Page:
By scaling back to the simplest, cleanest execution ever in Bond history. James Bond kills Silva with a knife in the back. No smart quip. No fanfare. The explosions are long over. And yet it surpasses our wildest expectations because it has emotional resonance, and feels completely real. Bond lives. Silva dies. M pays for her sins. And our hero, killed at the beginning, is finally reborn into a completely new scenario that feels as comfortable as old jeans. Then we get the familiar “Bond through a gunbarrel” opening that began so many Bond films before it, just to confirm that this is truly the beginning.

I’ve said for ages that sequels trying to “top” their predecessors is a mistake. Simply tell your story rather than worry about the stories that came before. Apparently Sam Mendes feels the same way. Instead of trying to top the previous Bonds, he upstaged them.

As for the magic trick? It happens in bits and pieces all through the film. We open by diving in with all the classic Bond elements: car chases, elaborate fights, a train (familiar), at the end of which Bond is “killed.” The filmmakers never expect us to believe it, and don’t even bother explaining how Bond lived. Nor do we care; he’s still superhuman, after all. Except… he’s come back mentally and physically wounded (deconstruction). This time, when Bond goes out in the field, we’re told he isn’t at the top of his game. Suddenly, he’s human again (reconstruction). A new Q gives Bond his only gadgets, a gun and a radio, delivered with the acknowledgement that these aren’t the old days of excessive toys (deconstruction). However, Bond still carries the Walther (familiar), and his tracker is a modern update of the homer from Goldfinger, (familiar), so we’re on well-trodden ground.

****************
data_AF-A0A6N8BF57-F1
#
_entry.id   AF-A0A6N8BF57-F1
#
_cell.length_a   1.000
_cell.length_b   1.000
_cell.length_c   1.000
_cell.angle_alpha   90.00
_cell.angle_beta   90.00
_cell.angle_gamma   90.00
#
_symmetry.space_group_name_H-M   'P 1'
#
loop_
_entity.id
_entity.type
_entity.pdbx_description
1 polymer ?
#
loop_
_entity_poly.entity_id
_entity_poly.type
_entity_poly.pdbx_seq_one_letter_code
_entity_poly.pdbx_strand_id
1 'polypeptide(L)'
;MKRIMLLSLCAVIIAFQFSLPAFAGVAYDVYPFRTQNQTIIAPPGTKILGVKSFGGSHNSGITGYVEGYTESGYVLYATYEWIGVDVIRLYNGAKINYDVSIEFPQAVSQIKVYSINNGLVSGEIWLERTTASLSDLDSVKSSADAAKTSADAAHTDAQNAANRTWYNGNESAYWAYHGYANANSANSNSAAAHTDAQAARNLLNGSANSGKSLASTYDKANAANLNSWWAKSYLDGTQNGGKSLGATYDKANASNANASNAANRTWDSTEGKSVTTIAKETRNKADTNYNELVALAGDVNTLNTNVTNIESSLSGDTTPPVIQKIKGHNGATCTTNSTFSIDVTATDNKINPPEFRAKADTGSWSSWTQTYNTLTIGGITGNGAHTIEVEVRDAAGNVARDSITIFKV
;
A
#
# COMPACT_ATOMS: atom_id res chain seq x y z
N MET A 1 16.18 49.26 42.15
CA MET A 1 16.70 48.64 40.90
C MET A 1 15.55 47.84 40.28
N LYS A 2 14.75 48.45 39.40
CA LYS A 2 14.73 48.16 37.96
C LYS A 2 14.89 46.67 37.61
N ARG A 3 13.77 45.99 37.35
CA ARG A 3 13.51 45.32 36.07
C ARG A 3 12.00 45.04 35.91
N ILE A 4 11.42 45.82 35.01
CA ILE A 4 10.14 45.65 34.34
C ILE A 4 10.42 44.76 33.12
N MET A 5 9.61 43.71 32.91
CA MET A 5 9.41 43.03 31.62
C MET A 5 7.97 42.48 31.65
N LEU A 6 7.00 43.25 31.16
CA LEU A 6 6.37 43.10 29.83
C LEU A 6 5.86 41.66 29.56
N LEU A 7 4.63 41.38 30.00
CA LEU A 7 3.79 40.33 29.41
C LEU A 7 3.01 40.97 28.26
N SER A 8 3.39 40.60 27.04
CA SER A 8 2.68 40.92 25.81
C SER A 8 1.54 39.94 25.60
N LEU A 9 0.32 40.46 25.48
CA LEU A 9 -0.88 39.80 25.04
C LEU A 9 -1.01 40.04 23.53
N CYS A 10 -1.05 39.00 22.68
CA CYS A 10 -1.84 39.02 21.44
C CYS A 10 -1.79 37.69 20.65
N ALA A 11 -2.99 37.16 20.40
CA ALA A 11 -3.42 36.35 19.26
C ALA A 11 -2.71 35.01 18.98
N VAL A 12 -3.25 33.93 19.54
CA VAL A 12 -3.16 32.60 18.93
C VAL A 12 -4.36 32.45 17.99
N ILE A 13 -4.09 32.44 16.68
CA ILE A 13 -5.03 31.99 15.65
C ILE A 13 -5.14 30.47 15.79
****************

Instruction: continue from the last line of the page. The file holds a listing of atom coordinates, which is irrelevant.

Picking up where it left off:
Bond tracks Patrice to Shanghai with the express mission of questioning him and killing him. Bond follows Patrice up the elevator in a method that would have been effortless for the old superhero, but proves nearly fatal for the flesh-and-blood Bond (reconstruction). Then, when Bond realizes Patrice is setting up an assassination, he doesn’t interfere (deconstruction). After all, that isn’t his mission. Once the hit is made, Bond uses that moment to move in, and in the ensuing fight, barely wins (familiar), but he fails to get any info from Patrice, losing his grip, and the target in the process (deconstruction). We realize the new, human Bond is fallible.